Effective marketing, contrary to popular belief, yields measurable results.  Before you start a program, commit to measure the actual performance of the program versus the projected results. Evaluate performance at specific program intervals, typically incremental sales for the duration of the program, and at three- and six- month intervals after its completion, to measure sustained impact.  This keeps you and your organization focused on desired results, rather than activity.

Measuring program impact also gives you quantifiable return-on-investment information to determine whether you should repeat or expand the program in the future. The marketplace is littered with victims of doing marketing tactics without setting business goals. You are bombarded with these potential marketing tragedies every day. Avoid this common plight by applying the same amount of rigor that you use on your other strategic investments. Get more out of every precious marketing program – and dollar!-by using this simple but effective formula: “Objective, Strategy and Tactics.”

by Tammy Katz

 

 

 

 

 

 

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Annual Plan Checklist for a Killer 2016!

We hope your 2015 is exceeding expectations and you’ve created a strong plan for 2016 to grow faster.  As most of you are, or are approaching, completing your 2016 Plan, here’s a checklist to make sure you’re ready for a killer 2016!

2016 Annual Plan Checklist

1. Develop a Written, Market Based Growth Plan Carefully

  • Analyze and segment your customer and consumer base, prioritize by growth potential
  • Understand what your customers’ unmet needs and why they will choose your superior product or service
  • Build a strategy that leverages your business model: market opportunities, your core competencies and where you are most profitable

2. Widely Communicate Your Growth Strategy

  • Summarize your 3-5 Key Growth Strategies, based on factual analysis (e.g. channels, products/services)
  • Growth Priorities should be quantified and clearly communicated throughout your company and key constituents (e.g. suppliers) so everyone understands them and is aligned
  • Innovation should be among your top priorities; have clear parameters (fertile areas in which to innovate) to provide direction

3. Have, or Get, the Right Accountable Team

  • Have accountable talent who can lead and drive respective pieces of the growth strategy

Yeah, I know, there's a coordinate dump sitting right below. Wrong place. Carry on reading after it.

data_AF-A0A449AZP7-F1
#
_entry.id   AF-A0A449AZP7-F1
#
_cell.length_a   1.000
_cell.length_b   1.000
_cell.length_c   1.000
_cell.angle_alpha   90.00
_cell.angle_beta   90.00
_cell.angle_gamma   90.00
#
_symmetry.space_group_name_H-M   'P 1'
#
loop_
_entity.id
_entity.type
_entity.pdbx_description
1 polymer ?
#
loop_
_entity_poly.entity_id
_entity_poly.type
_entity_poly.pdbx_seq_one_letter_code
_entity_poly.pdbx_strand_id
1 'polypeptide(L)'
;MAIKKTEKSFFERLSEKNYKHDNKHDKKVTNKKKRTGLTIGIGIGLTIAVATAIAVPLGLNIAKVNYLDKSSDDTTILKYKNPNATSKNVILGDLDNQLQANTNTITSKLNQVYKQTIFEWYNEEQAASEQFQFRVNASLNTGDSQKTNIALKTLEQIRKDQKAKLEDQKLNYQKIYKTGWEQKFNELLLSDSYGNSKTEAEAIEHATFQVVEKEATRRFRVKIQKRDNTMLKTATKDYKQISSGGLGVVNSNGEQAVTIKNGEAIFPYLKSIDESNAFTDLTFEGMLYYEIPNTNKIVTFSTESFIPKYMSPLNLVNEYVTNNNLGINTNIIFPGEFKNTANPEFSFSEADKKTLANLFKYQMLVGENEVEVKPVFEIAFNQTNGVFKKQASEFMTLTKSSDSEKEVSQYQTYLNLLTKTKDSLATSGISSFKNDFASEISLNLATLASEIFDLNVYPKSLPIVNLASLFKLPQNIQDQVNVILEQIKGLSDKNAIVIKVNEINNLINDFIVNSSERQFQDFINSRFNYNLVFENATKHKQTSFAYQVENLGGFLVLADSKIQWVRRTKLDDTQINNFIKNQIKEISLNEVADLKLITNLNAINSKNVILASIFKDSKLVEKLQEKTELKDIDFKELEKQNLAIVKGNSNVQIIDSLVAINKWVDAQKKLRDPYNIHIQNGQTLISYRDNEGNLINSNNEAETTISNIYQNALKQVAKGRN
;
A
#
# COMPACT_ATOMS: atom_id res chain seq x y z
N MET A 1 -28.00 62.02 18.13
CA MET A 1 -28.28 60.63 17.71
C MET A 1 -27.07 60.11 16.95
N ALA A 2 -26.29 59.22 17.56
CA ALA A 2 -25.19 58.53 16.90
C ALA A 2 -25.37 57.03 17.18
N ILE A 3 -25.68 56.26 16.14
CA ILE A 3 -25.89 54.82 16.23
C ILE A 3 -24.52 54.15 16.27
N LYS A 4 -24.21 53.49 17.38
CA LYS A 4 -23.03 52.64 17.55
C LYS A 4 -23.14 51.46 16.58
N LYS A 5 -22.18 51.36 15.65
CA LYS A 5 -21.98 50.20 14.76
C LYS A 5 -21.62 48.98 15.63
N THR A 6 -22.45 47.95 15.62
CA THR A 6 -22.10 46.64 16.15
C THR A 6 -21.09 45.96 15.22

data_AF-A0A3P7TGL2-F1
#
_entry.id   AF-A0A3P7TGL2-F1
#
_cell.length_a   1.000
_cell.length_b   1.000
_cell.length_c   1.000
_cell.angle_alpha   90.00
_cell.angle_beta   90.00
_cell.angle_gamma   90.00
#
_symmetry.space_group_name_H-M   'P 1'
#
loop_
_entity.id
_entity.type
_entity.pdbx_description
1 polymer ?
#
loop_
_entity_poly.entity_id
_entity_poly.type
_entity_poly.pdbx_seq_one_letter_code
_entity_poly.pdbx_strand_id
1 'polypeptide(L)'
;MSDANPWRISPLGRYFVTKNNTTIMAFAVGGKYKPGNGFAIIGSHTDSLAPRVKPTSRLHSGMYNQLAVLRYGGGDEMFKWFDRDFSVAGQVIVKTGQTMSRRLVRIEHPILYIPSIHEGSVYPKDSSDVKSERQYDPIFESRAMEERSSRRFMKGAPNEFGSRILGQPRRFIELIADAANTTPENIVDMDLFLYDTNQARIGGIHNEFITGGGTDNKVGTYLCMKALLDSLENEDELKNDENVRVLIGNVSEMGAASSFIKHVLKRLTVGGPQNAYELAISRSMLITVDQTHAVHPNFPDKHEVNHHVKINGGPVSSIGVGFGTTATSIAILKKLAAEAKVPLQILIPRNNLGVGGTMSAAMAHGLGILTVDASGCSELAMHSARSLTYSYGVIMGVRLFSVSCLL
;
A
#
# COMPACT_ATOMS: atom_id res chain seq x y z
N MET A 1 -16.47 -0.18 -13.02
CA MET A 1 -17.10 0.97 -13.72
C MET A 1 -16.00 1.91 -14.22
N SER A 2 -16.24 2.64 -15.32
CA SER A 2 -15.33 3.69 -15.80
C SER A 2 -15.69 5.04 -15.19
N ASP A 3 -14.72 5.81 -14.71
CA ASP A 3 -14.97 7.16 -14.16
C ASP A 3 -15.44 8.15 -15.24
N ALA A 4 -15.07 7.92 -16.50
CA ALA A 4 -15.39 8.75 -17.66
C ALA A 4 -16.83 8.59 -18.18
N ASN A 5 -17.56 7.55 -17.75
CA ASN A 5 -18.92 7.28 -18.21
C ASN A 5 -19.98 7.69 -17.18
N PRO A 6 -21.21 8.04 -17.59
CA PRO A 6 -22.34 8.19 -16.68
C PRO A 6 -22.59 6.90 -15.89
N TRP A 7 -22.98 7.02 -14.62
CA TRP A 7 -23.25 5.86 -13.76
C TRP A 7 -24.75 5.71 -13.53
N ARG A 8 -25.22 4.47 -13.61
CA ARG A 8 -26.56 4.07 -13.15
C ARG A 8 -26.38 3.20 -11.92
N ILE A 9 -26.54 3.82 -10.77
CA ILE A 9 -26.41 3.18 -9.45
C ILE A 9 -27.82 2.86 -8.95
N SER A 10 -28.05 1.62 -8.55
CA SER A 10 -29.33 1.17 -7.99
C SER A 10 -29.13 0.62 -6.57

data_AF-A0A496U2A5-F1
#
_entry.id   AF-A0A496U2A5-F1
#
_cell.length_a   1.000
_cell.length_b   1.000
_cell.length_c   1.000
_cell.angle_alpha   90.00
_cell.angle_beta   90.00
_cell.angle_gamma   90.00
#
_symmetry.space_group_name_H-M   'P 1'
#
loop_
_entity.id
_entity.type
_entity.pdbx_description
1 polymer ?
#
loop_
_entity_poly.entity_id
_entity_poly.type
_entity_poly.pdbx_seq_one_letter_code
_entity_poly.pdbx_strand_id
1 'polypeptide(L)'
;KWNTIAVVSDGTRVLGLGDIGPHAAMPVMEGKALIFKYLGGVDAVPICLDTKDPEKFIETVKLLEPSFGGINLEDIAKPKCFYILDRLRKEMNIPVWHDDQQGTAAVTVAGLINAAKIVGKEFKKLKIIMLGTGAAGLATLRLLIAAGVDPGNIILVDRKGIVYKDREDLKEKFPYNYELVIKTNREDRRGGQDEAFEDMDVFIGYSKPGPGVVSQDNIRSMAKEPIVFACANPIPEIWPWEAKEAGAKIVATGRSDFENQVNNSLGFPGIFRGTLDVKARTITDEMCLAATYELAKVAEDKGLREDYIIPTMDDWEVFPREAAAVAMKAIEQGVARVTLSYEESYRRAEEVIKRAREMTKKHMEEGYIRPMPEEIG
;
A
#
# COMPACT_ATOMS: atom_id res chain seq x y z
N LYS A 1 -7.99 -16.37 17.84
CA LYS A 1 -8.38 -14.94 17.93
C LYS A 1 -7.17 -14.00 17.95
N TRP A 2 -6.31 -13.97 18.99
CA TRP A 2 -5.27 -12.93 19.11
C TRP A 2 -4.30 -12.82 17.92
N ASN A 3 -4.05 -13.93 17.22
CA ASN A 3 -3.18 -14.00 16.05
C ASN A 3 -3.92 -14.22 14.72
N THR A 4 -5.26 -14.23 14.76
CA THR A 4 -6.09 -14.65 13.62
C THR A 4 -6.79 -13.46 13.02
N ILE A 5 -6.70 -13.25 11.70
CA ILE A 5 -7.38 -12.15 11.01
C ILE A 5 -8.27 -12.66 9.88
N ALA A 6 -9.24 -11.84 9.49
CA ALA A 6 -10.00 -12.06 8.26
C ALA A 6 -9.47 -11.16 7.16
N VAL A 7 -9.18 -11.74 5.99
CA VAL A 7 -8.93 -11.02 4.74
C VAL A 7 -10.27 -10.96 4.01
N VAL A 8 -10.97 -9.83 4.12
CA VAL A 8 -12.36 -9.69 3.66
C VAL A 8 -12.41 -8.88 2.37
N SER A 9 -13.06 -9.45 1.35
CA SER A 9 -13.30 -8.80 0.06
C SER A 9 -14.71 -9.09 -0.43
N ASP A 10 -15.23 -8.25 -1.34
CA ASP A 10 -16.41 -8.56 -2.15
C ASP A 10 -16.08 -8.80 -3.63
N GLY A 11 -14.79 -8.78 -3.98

• Have strong and clear inter-department communication and processes
  • Have the right talent who can produce; commit to coach up, outsource for, or dismiss those who can’t

4. Execute with Cross-Functional Precision

  • Have clear leadership, accountability and measurement of top initiatives
  • Maintain ongoing cross-functional leadership and communication to keep key initiatives on track
  • Track key programs quantitatively and refine them based on in-market learnings

5. Deploy Effective and Efficient Marketing

  • Marketing should identify and drive consumer and marketing growth opportunities
  • Marketing should develop and lead a clear marketing strategy that directly ties to growth strategy Your brand positioning(s) should be clear, consistently communicated.
  • Your marketing communication and R&D efforts should consistently strengthen your superiority
  • All major programs should be on strategy, measurable, optimized across multiple media, and provide measurable return-on-investment

6. Drive Productivity… Everywhere

  • Set ambitious, achievable productivity goals (cost reduction/efficiency). $1 in productivity > $10 in new sales
  • Challenge each function to develop specific, measurable, cash-saving (not conceptual) programs; drive wide participation
  • Celebrate, publicize, and reward best programs. This creates a ripple effect for more productivity

Target Triumphs with Consistent Marketing Communication

A staggering 96% of Americans recognize Target Corporation‘s bullseye, putting the brand in the brand awareness stratosphere with the likes of Nike and Coca-Cola.target2

This exceptional brand awareness is a direct result of their consistent communication. While most chief marketers continue to cite Integrated Marketing Communication as their biggest challenge, according to the Association of National Advertisers, Target masters it. Continue reading